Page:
The Deshaun Watson saga, nearly 18 months in the making, will reach it's apparent culmination Monday morning when the league releases the decision on whether to discipline the Cleveland Browns quarterback for violating its Personal Conduct Policy, sources confirmed to OutKick.com.
The quarterback Sunday also agreed to settle three of the remaining four lawsuits filed by Houston area massage therapists claiming he engaged in harassing or other sexual misconduct against them, per a source.
"After lengthy and intense negotiations, I can confirm that, late last night, our team resolved three of the four remaining civil cases with Deshaun Watson," attorney for the plaintiffs Tony Buzbee said in a statement. "We will continue to discuss the remaining case with Watson's legal team, as appropriate."
CBS NFL insider Josina Anderson was the first to report the timetable to the discipline decision.
Retired Federal judge and designated NFL discipline officer Sue L. Robinson on Sunday evening informed both the NFL offices and the NFL Players Association of her intention to release her decision on Watson, the sources said.
The NFLPA issued a statement on the matter, suggesting there will be no appeal from the union or Watson and asking the NFL to do the same:
This statement suggests the NFLPA has an idea what the sanction -- if any -- will be and it is satisfied with what is about to be announced. And it is asking NFL Commissioner Roger Goodell, who has the power to change Robinson's ruling, to not do so.
A source told OutKick, however, the NFLPA does not know the details of the Robinson decision, even if it certainly sounds like the sanctions from Robinson means Watson will play this coming season.
Either side has three days to submit an appeal. Goodell has the authority, under the collective bargaining agreement and new agreement on Personal Conduct Policy to make a binding decision on the appeal or designate someone who does.
Watson faces sanctions for violating the NFL Personal Conduct Policy for his conduct over the past nearly two years with massage therapists in Houston who alleged both to police and in civil suits he harassed them and otherwise engaged in forms of sexual misconduct during appointments.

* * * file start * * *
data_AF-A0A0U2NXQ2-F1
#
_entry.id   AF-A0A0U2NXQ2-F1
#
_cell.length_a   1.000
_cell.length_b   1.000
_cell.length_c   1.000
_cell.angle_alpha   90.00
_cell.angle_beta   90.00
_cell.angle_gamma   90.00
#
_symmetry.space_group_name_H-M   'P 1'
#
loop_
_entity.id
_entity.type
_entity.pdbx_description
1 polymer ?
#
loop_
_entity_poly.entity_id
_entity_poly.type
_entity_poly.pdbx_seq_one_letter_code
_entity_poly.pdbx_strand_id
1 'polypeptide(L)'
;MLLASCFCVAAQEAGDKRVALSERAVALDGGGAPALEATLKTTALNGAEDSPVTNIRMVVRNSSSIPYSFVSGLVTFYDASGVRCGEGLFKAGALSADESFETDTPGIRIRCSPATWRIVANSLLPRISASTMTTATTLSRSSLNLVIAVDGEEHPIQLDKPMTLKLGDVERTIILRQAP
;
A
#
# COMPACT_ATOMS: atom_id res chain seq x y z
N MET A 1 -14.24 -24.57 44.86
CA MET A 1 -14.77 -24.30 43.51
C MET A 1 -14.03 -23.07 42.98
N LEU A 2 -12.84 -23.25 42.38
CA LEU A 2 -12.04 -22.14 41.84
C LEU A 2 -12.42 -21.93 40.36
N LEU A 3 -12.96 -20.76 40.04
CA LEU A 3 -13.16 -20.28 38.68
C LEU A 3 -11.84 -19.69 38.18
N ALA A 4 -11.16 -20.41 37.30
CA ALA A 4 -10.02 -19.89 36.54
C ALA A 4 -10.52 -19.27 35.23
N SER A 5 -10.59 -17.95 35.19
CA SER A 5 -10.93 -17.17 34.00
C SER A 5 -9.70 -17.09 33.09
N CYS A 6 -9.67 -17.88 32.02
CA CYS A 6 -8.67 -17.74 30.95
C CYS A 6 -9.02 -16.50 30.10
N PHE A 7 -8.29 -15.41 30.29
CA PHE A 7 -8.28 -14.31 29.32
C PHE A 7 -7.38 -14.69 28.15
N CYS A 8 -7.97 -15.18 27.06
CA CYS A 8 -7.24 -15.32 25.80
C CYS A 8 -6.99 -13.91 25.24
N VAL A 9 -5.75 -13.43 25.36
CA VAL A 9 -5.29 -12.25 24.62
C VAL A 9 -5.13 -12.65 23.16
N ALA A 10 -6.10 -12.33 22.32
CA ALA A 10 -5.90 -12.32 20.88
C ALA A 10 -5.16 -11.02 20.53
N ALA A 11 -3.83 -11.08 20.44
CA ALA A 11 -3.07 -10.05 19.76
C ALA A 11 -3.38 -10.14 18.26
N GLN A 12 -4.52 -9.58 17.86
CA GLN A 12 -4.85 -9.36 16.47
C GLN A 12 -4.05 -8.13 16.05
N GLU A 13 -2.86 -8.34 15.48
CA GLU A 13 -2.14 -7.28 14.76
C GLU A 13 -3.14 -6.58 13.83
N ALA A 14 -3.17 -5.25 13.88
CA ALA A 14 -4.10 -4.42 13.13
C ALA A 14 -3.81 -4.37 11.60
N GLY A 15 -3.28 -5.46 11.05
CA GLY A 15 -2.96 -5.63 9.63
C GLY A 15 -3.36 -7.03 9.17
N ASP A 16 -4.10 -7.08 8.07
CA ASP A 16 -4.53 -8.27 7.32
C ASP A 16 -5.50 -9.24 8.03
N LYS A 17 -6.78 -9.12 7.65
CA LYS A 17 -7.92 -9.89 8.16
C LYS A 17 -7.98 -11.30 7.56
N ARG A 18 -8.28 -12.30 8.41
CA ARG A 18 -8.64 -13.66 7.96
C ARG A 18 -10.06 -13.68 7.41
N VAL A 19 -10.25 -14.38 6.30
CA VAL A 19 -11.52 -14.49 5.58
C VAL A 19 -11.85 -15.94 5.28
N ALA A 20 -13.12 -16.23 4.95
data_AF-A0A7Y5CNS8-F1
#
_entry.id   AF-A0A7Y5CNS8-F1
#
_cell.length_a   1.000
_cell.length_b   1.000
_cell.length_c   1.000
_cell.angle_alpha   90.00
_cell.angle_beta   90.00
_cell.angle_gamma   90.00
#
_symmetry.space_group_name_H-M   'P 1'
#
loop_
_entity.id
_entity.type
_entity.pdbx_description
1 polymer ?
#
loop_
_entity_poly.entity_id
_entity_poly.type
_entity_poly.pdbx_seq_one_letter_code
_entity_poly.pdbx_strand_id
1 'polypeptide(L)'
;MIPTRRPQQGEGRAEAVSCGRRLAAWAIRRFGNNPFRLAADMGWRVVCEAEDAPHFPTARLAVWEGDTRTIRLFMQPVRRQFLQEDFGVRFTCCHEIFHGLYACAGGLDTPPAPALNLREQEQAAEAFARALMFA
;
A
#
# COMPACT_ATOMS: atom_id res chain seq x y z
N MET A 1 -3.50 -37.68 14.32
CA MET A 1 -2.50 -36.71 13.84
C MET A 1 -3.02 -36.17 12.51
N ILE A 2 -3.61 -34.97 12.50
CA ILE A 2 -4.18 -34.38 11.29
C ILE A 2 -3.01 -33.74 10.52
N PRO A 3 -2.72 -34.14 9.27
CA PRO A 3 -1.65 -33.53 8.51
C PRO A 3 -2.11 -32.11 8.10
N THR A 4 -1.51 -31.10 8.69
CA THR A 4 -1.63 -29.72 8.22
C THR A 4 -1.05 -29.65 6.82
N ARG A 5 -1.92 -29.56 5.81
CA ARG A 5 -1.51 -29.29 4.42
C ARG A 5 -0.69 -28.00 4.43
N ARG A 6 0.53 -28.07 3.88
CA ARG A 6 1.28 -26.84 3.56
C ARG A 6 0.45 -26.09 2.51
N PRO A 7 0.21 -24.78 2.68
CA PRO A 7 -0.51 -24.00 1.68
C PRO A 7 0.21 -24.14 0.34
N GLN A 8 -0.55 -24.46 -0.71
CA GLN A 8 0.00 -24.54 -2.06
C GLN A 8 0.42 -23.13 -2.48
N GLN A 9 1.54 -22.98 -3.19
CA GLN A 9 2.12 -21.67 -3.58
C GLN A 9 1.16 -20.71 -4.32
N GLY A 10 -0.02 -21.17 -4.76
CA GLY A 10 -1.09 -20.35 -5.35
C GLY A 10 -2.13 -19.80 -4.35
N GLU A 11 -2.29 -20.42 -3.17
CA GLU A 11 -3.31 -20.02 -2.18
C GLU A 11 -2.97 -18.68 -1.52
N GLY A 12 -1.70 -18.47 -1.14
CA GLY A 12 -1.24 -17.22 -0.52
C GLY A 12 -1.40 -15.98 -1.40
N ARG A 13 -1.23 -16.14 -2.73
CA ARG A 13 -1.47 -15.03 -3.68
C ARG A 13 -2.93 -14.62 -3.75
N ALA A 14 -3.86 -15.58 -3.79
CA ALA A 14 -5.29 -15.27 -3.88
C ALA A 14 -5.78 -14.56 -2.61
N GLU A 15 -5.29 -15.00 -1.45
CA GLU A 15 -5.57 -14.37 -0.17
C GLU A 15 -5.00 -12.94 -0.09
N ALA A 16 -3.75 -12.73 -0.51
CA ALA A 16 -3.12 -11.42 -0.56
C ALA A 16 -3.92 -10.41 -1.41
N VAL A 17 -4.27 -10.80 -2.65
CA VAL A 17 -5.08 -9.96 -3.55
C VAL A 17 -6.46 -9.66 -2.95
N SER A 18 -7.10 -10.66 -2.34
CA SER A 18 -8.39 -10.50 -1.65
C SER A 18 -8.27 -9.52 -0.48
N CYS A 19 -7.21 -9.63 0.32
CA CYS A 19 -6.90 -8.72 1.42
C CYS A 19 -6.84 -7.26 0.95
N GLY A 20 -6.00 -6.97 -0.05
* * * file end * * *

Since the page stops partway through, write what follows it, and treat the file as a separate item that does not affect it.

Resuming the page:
Watson has continually maintained his innocence and two Texas grand juries declined to return criminal indictments on the matter. Watson then settled the civil lawsuits with 20 of the 24 alleged victims.
The pending settlements includes one by Ashley Solis, who was among the first therapists to step forward with allegations against Watson and who publicly outlined the session which led to her suit and filing a criminal complaint on HBO's Real Sports with Bryant Gumble:
"As I’m working, he deliberately grabs himself and put his penis on my hand. And I pulled my hand away instantly and I started crying. And I told him that I’m done. I don’t wanna do this anymore," Solis said.
One unsettled suit remains pending against Watson.
Watson, who was traded from the Houston Texans to the Cleveland Browns for three first round picks, faces a suspension.
League sources have said the Browns expect a suspension anywhere from 4 to 8 games while the NFL has been pushing privately for the equivalent of a year-long suspension. But only Robinson gets a say in the matter barring an appeal.
Watson was the prize in the offseason quarterback derby around the NFL as no less than four teams -- Carolina, New Orleans, Atlanta and Seattle -- tried to involve themselves in negotiations for his services.
The fact the Browns finally get to find out what is happening with their starting quarterback is a good thing. The decision not coming until after all NFL teams, including the Browns, began training camp was an uncertainty that was beginning to put the Browns in a tough situation.
Follow on Twitter: @ArmandoSalguero